USA v. Jorge Cardoso-Lopez
NONPRECEDENTIAL DISPOSITION To be cited only in accordance with FED. R. APP. P. 32.1
United States Court of Appeals
For the Seventh Circuit Chicago, Illinois 60604 Submitted October 5, 2009 Decided October 5, 2009 Before WILLIAM J. BAUER, Circuit Judge ILANA DIAMOND ROVNER, Circuit Judge DIANE S. SYKES, Circuit Judge No. 091137 UNITED STATES OF AMERICA, PlaintiffAppellee, v. No. 08CR133C01 JORGE CARDOSOLOPEZ, DefendantAppellant. Barbara B. Crabb, Chief Judge. O R D E R Jorge CardosoLopez, a Mexican citizen, pleaded guilty to being in the United States without permission after he previously was removed, see 8 U.S.C. § 1326(a), and the district court sentenced him to 41 months' imprisonment, the high end of the guidelines range. CardosoLopez appeals, but his appointed counsel now seeks to withdraw under Anders v. California, 386 U.S. 738 (1967), because he cannot discern a nonfrivolous issue to pursue. We review only the potential issues identified in counsel's facially adequate brief and Cardoso Lopez's response under Circuit Rule 51(b). See United States v. Schuh, 289 F.3d 968, 97374 (7th Cir. 2002). Appeal from the United States District Court for the Western District of Wisconsin.
The sole issue counsel considers is whether CardosoLopez could challenge the reasonableness of his prison sentence. At sentencing CardosoLopez argued that, because the Western District of Wisconsin lacks a "fasttrack" program for illegalreentry cases, a belowguidelines sentence was necessary to achieve parity with defendants in other districts who benefit from such programs. See U.S.S.G. § 5K3.1; see generally United States v. PachecoDiaz, 506 F.3d 545, 55253 (7th Cir. 2007). Although we have not yet weighed in on what effect, if any, Kimbrough v. United States, 552 U.S. 85 (2007), has on a district court's discretion to consider fasttrack disparities, see United States v. ArreluceaZamudio, No. 084397, 2009 WL 2914495, at *710 (3d Cir. Sept. 14, 2009); United States v. GonzalezZotelo, 556 F.3d 736, 740 (9th Cir.), petition for cert. filed (U.S. May 8, 2009) (No. 0810326); United States v. VegaCastillo, 540 F.3d 1235, 123839 (11th Cir. 2008), cert. denied, 129 S. Ct. 2825 (2009); United States v. Rodriguez, 527 F.3d 221, 22930 (1st Cir. 2008); United States v. GomezHerrera, 523 F.3d 554, 56264 (5th Cir.), cert. denied, 129 S. Ct. 624 (2008), this case would not require us to join the debate. The district judge explained that, even if she was otherwise inclined to consider reducing a sentence because of the absence of a fasttrack program in Wisconsin, she would not do so in CardosoLopez's case because he has an extensive and violent criminal history and was arrested yet again within weeks of illegally reentering the country. The district court considered CardosoLopez's argument, but was not required to accept it, see United States v. Filipiak, 466 F.3d 582, 583 (7th Cir. 2006), and we therefore agree with counsel that it would be frivolous to further pursue this challenge. Because CardosoLopez was sentenced within the properly calculated guidelines range, we would presume his sentence reasonable on appeal, see United States v. Turner, 569 F.3d 637, 64041 (7th Cir. 2009), and counsel has not identified any reason to cast doubt on that presumption. We turn next to CardosoLopez's Rule 51(b) response, in which he argues that his guilty plea should be set aside because neither the government nor the district court informed him of his right to consular assistance under Article 36 of the Vienna Convention on Consular Relations, April 24, 1963, 21 U.S.T. 77, 596 U.N.T.S. 261. Although Cardoso Lopez recently submitted to the district court a motion to set aside his conviction on this basis, he did not previously raise the argument, so we would review only for plain error. See FED. R. CRIM. P. 52(b); United States v. VillarrealTamayo, 467 F.3d 630, 632 (7th Cir. 2006). Article 36 of the Vienna Convention provides that arresting authorities must inform a foreign national of his right to contact the consulate and must notify the consulate of the arrest. See Sandoval v. United States, 574 F.3d 847, 850 (7th Cir. 2009); see also 28 C.F.R. § 250.5 (a)(3) (directing U.S. Attorney to notify appropriate consul of foreign national's arrest). The obligation to inform thus lies solely with the government; contrary to CardosoLopez's suggestion, district courts have no role under Article 36, and therefore the court's failure to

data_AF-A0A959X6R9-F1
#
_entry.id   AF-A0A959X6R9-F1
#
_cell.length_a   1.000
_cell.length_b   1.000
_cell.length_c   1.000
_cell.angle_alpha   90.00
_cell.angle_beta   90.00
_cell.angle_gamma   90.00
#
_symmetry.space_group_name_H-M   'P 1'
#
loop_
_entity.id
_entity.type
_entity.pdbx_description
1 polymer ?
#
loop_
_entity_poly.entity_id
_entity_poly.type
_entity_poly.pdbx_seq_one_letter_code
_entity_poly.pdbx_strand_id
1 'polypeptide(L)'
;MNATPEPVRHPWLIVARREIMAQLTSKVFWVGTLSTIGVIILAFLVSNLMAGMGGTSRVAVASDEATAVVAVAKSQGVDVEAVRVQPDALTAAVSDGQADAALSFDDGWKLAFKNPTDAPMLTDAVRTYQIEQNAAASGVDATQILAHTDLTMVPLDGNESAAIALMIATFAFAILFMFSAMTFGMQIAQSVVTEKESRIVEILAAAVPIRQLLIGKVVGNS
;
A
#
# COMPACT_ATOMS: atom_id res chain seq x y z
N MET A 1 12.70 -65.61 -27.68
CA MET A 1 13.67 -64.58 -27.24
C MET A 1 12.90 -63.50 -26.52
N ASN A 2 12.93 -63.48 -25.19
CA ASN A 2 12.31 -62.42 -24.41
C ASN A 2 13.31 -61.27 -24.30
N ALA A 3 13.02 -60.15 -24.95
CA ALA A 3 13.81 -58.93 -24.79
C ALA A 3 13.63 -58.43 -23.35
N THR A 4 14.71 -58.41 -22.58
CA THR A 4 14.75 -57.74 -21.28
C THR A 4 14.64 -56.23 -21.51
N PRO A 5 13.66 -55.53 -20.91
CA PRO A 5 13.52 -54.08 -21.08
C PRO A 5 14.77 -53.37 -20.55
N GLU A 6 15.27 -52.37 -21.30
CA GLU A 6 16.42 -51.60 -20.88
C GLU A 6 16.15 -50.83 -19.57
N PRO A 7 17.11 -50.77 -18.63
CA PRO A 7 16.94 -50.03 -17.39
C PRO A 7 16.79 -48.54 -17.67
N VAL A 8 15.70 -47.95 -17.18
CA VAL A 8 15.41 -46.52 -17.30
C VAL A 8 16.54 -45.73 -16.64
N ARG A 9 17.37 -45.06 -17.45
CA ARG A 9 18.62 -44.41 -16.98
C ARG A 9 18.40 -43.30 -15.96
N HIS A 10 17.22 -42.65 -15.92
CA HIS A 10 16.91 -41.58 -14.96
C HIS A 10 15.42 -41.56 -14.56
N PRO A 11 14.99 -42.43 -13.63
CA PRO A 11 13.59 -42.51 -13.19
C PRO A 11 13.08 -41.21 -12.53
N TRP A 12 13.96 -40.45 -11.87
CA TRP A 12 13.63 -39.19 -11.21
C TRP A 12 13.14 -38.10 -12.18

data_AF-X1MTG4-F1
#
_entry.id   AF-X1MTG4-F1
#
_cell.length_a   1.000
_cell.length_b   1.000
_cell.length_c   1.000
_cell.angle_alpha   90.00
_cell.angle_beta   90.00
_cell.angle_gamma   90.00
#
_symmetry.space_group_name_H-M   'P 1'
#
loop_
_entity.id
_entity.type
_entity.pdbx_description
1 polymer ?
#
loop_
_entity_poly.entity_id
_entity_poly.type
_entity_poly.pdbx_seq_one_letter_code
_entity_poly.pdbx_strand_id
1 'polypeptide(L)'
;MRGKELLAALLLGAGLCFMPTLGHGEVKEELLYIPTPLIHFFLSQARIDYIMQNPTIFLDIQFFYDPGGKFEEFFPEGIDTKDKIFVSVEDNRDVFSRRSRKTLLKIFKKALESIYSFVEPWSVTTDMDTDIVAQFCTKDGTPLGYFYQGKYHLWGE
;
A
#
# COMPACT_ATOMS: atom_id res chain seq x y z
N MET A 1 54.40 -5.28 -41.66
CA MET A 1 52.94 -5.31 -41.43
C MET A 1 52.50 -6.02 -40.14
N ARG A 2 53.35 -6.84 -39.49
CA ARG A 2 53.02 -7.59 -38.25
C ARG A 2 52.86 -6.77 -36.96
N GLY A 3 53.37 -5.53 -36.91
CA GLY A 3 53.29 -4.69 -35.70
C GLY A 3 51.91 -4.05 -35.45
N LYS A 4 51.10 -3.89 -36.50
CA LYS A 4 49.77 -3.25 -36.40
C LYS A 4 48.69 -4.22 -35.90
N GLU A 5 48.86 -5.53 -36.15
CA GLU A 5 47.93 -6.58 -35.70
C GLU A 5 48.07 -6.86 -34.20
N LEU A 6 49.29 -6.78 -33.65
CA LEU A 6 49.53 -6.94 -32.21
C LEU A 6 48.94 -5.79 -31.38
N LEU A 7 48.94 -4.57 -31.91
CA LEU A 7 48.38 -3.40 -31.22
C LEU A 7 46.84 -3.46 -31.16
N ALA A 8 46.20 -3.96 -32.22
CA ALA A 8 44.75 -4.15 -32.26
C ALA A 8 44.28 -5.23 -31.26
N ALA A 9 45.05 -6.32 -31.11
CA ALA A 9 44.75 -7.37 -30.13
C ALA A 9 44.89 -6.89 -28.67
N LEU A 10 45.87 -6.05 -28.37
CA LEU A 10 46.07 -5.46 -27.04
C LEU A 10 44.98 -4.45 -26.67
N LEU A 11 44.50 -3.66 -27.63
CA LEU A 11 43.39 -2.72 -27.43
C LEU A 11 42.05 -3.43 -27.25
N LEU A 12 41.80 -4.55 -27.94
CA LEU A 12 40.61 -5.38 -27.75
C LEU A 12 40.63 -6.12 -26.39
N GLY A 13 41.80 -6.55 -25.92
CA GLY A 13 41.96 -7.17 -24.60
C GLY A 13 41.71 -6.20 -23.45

inform him of his consular rights could not have been error. See Osagiede v. United States, 543 F.3d 399, 402 (7th Cir. 2008) (explaining that Article 36 imposes obligations on the detaining authority). Nor does a failure by arresting authorities to comply with Article 36 trigger automatic reversal of a conviction, United States v. Ademaj, 170 F.3d 58, 67 (1st Cir. 1999); see also SanchezLlamas v. Oregon, 548 U.S. 331, 337 (2006) (holding that arresting officer's failure to comply with Vienna Convention's consularnotification provision does not warrant suppression of evidence); United States v. Bustos de la Pava, 268 F.3d 157, 16566 (2d Cir. 2001) (concluding that government's failure to notify defendant of right to contact consulate does not require dismissal of indictment), and CardosoLopez has not identified any conceivable effect that contacting the Mexican consulate might have had on his decision to plead guilty, see Breard v. Greene, 523 U.S. 371, 377 (1998) (explaining that, even if the Vienna Convention creates enforceable rights, a showing of prejudice is necessary to overturn a conviction); Osagiede, 543 F.3d at 413 (examining possible ways government's failure to inform Nigerian citizen of right to consular notification might have been prejudicial). We therefore conclude that any challenge to CardosoLopez's conviction on this basis would be frivolous. Counsel's motion to withdraw is GRANTED, and CardosoLopez's motion for substitute counsel is DENIED. The appeal is DISMISSED.